Allen Mills, President of HyFlex, took some time out on a jobsite to walk through winterizing a hydraulic pump manifold. Watch the video or read the step-by-step process below!
How to Winterize a Hydraulic Pump Manifold
Winterizing a pump takes about three minutes and is really simple. The pump in this video will be sitting outside overnight in 25 degree weather so we needed to do this procedure.
I've taken the discharge manifold off of the valve bodies and sat it to the side with the upper check balls. There are eight nuts that were removed to accomplish this.
After loosening the manifold bolts and removing the manifold, you will see two check balls in the valve bodies.
After removing the upper check balls, you will see the valve bodies full of water most likely. Remove the clamp or camlock connecting the hopper to the intake manifold. Then you can take your wrench or screw driver and place it in the valve body to push the lower check ball to the side to allow the water to drain out. Do this for each side.
Now the discharge manifold, valve bodies, cylinders, intake manifold, and hopper are all drained for cold weather. Alternatively some crews will dump a gallon of RV antifreeze in the hopper and cycle the pump to ensure it is drawn into both cylinders.
The reason this is really important (and we see this a lot in the wintertime) - these pumps, if they get left with water in them, what can happen is the connecting rod that's back in the transfer box can actually bend because as the water expands when it freezes, it can push that back.
So that is a repair we see sometimes on machines that are left outside or left to freeze.
Back at the plant. I wanted to add a couple of notes about winterizing your pump.
Here I have a 7.5 horsepower 321E.
This particular pump is air-cooled. You can tell that by, on the back of the motor we have our hydraulic cooling fan.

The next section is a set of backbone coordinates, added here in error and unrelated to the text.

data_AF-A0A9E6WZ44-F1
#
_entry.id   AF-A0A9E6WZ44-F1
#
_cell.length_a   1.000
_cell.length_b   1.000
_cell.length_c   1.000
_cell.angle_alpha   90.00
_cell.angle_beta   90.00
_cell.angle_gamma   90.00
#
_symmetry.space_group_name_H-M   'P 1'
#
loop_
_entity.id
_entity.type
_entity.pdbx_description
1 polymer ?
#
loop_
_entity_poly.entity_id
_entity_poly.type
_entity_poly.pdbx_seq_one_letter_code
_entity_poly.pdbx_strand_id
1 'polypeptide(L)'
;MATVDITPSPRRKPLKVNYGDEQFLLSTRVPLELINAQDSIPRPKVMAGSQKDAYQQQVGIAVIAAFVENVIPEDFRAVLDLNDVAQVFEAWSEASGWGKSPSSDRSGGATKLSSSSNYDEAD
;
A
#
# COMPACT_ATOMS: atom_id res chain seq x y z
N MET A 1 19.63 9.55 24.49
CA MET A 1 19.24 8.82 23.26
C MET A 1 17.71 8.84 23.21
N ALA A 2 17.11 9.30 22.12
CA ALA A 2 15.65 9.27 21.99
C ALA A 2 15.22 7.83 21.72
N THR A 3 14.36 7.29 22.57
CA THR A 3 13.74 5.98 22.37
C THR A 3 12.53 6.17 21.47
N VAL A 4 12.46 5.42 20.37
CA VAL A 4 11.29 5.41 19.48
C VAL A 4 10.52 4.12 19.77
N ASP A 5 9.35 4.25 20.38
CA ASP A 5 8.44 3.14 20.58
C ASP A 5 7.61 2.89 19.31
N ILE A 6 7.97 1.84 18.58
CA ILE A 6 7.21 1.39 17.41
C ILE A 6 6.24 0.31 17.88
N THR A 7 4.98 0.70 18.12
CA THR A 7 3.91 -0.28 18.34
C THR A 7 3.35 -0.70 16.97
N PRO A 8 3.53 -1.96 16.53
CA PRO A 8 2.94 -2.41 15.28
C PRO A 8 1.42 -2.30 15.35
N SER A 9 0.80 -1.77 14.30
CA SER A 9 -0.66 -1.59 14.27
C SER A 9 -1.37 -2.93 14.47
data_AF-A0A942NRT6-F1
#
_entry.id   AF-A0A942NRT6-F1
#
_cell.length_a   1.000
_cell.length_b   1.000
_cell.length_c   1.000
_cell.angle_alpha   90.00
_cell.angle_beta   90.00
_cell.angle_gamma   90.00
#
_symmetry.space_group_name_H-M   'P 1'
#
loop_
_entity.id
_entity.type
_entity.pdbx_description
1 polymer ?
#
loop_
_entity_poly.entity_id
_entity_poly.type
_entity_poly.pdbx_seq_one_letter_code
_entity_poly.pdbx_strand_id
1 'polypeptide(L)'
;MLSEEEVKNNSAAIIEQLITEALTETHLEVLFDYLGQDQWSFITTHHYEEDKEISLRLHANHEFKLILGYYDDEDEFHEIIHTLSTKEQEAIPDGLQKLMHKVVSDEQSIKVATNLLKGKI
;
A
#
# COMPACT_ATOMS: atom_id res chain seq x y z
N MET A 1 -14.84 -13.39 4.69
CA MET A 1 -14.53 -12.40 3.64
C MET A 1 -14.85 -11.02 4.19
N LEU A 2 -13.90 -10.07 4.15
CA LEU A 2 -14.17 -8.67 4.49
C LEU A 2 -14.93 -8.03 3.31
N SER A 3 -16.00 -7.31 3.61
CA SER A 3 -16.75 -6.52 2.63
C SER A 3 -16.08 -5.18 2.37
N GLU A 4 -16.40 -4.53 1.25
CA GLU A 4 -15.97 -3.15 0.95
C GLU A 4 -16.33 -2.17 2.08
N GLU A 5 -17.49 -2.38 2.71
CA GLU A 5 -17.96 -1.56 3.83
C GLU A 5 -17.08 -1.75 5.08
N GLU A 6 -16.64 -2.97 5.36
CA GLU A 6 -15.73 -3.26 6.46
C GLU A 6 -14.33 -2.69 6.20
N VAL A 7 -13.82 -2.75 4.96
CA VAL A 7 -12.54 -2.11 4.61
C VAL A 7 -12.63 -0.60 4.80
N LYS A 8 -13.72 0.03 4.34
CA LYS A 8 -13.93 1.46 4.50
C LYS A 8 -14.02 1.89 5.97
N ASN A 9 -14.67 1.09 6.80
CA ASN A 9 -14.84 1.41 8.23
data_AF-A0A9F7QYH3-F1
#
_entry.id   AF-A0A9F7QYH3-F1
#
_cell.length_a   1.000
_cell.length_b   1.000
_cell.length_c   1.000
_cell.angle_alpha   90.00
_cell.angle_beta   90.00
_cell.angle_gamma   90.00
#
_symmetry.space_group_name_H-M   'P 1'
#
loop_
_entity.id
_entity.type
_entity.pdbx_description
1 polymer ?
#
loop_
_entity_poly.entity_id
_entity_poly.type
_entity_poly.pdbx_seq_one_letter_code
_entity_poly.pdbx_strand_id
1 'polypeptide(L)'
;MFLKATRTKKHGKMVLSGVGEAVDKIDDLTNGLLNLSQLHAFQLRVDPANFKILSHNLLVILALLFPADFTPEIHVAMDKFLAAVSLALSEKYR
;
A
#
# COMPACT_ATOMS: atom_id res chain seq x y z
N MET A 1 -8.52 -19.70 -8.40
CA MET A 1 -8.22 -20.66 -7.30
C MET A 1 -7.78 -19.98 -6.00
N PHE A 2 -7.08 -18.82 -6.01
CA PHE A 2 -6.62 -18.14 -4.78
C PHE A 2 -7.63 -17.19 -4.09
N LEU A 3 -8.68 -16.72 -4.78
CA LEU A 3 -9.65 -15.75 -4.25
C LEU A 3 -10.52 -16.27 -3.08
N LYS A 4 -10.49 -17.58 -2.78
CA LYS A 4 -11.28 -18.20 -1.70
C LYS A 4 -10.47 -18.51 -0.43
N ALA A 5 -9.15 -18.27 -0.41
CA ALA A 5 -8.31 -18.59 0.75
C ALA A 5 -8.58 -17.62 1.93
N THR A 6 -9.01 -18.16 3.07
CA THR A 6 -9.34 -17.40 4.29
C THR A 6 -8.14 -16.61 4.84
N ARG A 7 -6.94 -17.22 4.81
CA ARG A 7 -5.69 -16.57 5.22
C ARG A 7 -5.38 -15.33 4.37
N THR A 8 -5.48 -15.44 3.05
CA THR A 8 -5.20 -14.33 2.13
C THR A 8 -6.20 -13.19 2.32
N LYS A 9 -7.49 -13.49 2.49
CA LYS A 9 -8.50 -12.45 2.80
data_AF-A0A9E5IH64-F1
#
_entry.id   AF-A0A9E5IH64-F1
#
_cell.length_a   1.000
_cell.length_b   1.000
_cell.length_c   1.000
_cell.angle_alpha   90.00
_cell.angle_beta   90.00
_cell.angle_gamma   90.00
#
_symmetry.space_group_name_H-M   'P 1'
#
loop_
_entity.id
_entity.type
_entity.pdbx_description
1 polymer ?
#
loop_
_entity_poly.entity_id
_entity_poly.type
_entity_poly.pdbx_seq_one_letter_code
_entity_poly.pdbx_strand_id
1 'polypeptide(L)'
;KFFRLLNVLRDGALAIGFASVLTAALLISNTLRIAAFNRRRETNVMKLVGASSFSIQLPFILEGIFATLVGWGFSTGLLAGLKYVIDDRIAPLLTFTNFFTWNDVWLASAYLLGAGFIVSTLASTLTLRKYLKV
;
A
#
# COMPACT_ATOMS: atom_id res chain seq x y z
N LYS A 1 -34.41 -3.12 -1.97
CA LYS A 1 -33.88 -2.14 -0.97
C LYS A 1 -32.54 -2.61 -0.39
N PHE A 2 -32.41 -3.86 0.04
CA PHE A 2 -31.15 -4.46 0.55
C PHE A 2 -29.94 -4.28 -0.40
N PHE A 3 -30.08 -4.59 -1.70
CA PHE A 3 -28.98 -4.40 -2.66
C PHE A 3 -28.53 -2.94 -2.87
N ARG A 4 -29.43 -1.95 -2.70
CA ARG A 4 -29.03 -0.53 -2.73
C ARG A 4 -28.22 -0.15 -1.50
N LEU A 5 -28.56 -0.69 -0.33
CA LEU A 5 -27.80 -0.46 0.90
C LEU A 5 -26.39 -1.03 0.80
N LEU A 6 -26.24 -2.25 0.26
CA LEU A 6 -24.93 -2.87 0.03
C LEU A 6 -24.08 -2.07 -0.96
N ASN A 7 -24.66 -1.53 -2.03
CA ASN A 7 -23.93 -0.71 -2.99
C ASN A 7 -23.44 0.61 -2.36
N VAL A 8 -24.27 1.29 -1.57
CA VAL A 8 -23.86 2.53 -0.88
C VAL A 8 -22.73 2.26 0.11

Since the 7.5 hp unit is air cooled and the manifolds are drained, your winterization procedure is complete.
This model is the 321E standard which winterizes the same as the 321E HP and has the same motor and water jacketed cooler.
This unit has the bigger electric motor. You can see it's a lot larger. You can see there's a fan on the back of it, but there's no cooler on the back of the motor.
So to cool the hydraulics we have a water-cooled heat exchanger down below. Occasionally we will have a customer forget to drain these or leave a water hose connected to them in cold weather. Normally the 321E's are used inside, but heat still gets shutoff occasionally over night or on a weekend and it is a good idea to drain the cooler and disconnect the water hose.
There's a water hose connection down here.
And a water hose connection outlet here.
And what the easiest way to do this is if you put an air gun on the back, on this water hose, open the valve and then just blow air through it until the water comes out.
A second way that you can do it is you can connect again, a short water hose to either end of this, and then you can pour RV antifreeze through it.
So, with those two things you've successfully completed a winterization procedure.